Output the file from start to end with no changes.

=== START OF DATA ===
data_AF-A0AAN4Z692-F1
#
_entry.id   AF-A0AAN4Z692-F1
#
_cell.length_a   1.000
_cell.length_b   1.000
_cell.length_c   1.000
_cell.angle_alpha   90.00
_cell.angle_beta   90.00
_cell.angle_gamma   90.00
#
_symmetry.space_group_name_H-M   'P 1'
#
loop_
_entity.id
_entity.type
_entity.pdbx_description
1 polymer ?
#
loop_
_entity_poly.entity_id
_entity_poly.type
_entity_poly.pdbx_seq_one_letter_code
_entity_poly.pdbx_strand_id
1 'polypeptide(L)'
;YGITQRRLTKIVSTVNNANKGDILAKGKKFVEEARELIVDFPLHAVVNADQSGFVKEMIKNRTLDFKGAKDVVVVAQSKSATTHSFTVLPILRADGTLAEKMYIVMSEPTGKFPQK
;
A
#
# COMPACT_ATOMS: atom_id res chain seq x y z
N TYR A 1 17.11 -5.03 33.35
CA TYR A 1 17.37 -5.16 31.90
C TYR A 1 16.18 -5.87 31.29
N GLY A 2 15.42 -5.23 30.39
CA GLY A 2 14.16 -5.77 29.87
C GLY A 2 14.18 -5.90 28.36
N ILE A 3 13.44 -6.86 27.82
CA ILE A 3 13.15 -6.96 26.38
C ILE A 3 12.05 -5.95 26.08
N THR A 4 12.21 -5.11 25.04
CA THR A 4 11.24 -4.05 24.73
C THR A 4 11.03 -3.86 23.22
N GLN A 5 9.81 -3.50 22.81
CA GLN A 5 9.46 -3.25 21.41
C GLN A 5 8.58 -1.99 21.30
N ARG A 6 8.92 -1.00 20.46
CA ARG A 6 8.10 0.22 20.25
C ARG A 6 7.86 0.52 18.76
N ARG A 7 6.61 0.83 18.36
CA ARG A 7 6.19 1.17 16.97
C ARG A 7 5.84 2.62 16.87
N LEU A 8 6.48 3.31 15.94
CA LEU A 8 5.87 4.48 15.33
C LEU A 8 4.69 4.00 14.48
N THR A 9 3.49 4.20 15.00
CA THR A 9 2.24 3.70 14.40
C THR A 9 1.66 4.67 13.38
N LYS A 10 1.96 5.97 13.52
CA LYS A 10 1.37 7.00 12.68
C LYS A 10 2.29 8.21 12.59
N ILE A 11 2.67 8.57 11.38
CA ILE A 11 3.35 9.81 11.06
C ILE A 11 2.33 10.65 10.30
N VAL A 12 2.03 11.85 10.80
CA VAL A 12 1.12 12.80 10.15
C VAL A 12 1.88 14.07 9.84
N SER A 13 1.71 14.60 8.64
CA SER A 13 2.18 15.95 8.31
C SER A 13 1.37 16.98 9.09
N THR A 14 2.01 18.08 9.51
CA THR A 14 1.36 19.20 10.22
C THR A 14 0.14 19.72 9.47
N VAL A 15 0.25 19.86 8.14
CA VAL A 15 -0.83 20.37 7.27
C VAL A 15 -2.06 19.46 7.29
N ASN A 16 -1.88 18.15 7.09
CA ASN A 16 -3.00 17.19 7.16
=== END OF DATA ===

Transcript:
data_AF-A0AAN4Z692-F1
#
_entry.id   AF-A0AAN4Z692-F1
#
_cell.length_a   1.000
_cell.length_b   1.000
_cell.length_c   1.000
_cell.angle_alpha   90.00
_cell.angle_beta   90.00
_cell.angle_gamma   90.00
#
_symmetry.space_group_name_H-M   'P 1'
#
loop_
_entity.id
_entity.type
_entity.pdbx_description
1 polymer ?
#
loop_
_entity_poly.entity_id
_entity_poly.type
_entity_poly.pdbx_seq_one_letter_code
_entity_poly.pdbx_strand_id
1 'polypeptide(L)'
;YGITQRRLTKIVSTVNNANKGDILAKGKKFVEEARELIVDFPLHAVVNADQSGFVKEMIKNRTLDFKGAKDVVVVAQSKSATTHSFTVLPILRADGTLAEKMYIVMSEPTGKFPQK
;
A
#
# COMPACT_ATOMS: atom_id res chain seq x y z
N TYR A 1 17.11 -5.03 33.35
CA TYR A 1 17.37 -5.16 31.90
C TYR A 1 16.18 -5.87 31.29
N GLY A 2 15.42 -5.23 30.39
CA GLY A 2 14.16 -5.77 29.87
C GLY A 2 14.18 -5.90 28.36
N ILE A 3 13.44 -6.86 27.82
CA ILE A 3 13.15 -6.96 26.38
C ILE A 3 12.05 -5.95 26.08
N THR A 4 12.21 -5.11 25.04
CA THR A 4 11.24 -4.05 24.73
C THR A 4 11.03 -3.86 23.22
N GLN A 5 9.81 -3.50 22.81
CA GLN A 5 9.46 -3.25 21.41
C GLN A 5 8.58 -1.99 21.30
N ARG A 6 8.92 -1.00 20.46
CA ARG A 6 8.10 0.22 20.25
C ARG A 6 7.86 0.52 18.76
N ARG A 7 6.61 0.83 18.36
CA ARG A 7 6.19 1.17 16.97
C ARG A 7 5.84 2.62 16.87
N LEU A 8 6.48 3.31 15.94
CA LEU A 8 5.87 4.48 15.33
C LEU A 8 4.69 4.00 14.48
N THR A 9 3.49 4.20 15.00
CA THR A 9 2.24 3.70 14.40
C THR A 9 1.66 4.67 13.38
N LYS A 10 1.96 5.97 13.52
CA LYS A 10 1.37 7.00 12.68
C LYS A 10 2.29 8.21 12.59
N ILE A 11 2.67 8.57 11.38
CA ILE A 11 3.35 9.81 11.06
C ILE A 11 2.33 10.65 10.30
N VAL A 12 2.03 11.85 10.80
CA VAL A 12 1.12 12.80 10.15
C VAL A 12 1.88 14.07 9.84
N SER A 13 1.71 14.60 8.64
CA SER A 13 2.18 15.95 8.31
C SER A 13 1.37 16.98 9.09
N THR A 14 2.01 18.08 9.51
CA THR A 14 1.36 19.20 10.22
C THR A 14 0.14 19.72 9.47
N VAL A 15 0.25 19.86 8.14
CA VAL A 15 -0.83 20.37 7.27
C VAL A 15 -2.06 19.46 7.29
N ASN A 16 -1.88 18.15 7.09
CA ASN A 16 -3.00 17.19 7.16